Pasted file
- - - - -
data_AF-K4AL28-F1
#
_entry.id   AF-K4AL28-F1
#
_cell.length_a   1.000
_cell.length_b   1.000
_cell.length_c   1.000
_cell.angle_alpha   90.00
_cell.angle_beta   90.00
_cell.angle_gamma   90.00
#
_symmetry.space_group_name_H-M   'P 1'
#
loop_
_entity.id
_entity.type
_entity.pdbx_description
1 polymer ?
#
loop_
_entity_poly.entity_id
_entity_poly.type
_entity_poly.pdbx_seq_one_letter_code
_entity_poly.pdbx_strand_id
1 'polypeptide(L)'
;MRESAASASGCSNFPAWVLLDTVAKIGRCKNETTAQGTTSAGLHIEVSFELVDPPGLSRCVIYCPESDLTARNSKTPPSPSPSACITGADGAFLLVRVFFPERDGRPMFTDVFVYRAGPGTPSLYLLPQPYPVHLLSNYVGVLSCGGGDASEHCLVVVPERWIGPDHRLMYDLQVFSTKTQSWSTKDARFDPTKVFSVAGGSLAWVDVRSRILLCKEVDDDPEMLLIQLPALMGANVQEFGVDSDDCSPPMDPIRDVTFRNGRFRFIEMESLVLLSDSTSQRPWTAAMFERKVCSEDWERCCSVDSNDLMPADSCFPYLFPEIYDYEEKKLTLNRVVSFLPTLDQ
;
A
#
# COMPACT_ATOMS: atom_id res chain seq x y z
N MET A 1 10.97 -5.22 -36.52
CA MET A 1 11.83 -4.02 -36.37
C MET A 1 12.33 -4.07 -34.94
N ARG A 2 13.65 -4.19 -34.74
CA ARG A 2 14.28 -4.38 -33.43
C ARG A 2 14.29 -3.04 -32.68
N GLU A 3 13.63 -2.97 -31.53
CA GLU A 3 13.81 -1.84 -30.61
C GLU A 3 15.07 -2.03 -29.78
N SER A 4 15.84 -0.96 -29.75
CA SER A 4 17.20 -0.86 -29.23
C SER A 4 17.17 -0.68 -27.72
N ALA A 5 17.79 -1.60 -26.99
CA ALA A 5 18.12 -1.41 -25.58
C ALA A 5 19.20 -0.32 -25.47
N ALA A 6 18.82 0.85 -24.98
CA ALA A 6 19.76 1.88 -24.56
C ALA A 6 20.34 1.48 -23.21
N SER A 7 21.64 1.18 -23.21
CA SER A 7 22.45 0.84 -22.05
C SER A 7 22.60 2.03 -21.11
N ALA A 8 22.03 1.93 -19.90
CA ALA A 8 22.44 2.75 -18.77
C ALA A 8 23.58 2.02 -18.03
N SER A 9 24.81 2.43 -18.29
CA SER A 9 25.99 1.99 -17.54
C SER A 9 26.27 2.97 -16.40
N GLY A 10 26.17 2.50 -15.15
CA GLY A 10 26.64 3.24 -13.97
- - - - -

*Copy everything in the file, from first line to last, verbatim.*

data_AF-K4AL28-F1
#
_entry.id   AF-K4AL28-F1
#
_cell.length_a   1.000
_cell.length_b   1.000
_cell.length_c   1.000
_cell.angle_alpha   90.00
_cell.angle_beta   90.00
_cell.angle_gamma   90.00
#
_symmetry.space_group_name_H-M   'P 1'
#
loop_
_entity.id
_entity.type
_entity.pdbx_description
1 polymer ?
#
loop_
_entity_poly.entity_id
_entity_poly.type
_entity_poly.pdbx_seq_one_letter_code
_entity_poly.pdbx_strand_id
1 'polypeptide(L)'
;MRESAASASGCSNFPAWVLLDTVAKIGRCKNETTAQGTTSAGLHIEVSFELVDPPGLSRCVIYCPESDLTARNSKTPPSPSPSACITGADGAFLLVRVFFPERDGRPMFTDVFVYRAGPGTPSLYLLPQPYPVHLLSNYVGVLSCGGGDASEHCLVVVPERWIGPDHRLMYDLQVFSTKTQSWSTKDARFDPTKVFSVAGGSLAWVDVRSRILLCKEVDDDPEMLLIQLPALMGANVQEFGVDSDDCSPPMDPIRDVTFRNGRFRFIEMESLVLLSDSTSQRPWTAAMFERKVCSEDWERCCSVDSNDLMPADSCFPYLFPEIYDYEEKKLTLNRVVSFLPTLDQ
;
A
#
# COMPACT_ATOMS: atom_id res chain seq x y z
N MET A 1 10.97 -5.22 -36.52
CA MET A 1 11.83 -4.02 -36.37
C MET A 1 12.33 -4.07 -34.94
N ARG A 2 13.65 -4.19 -34.74
CA ARG A 2 14.28 -4.38 -33.43
C ARG A 2 14.29 -3.04 -32.68
N GLU A 3 13.63 -2.97 -31.53
CA GLU A 3 13.81 -1.84 -30.61
C GLU A 3 15.07 -2.03 -29.78
N SER A 4 15.84 -0.96 -29.75
CA SER A 4 17.20 -0.86 -29.23
C SER A 4 17.17 -0.68 -27.72
N ALA A 5 17.79 -1.60 -26.99
CA ALA A 5 18.12 -1.41 -25.58
C ALA A 5 19.20 -0.32 -25.47
N ALA A 6 18.82 0.85 -24.98
CA ALA A 6 19.76 1.88 -24.56
C ALA A 6 20.34 1.48 -23.21
N SER A 7 21.64 1.18 -23.21
CA SER A 7 22.45 0.84 -22.05
C SER A 7 22.60 2.03 -21.11
N ALA A 8 22.03 1.93 -19.90
CA ALA A 8 22.44 2.75 -18.77
C ALA A 8 23.58 2.02 -18.03
N SER A 9 24.81 2.43 -18.29
CA SER A 9 25.99 1.99 -17.54
C SER A 9 26.27 2.97 -16.40
N GLY A 10 26.17 2.50 -15.15
CA GLY A 10 26.64 3.24 -13.97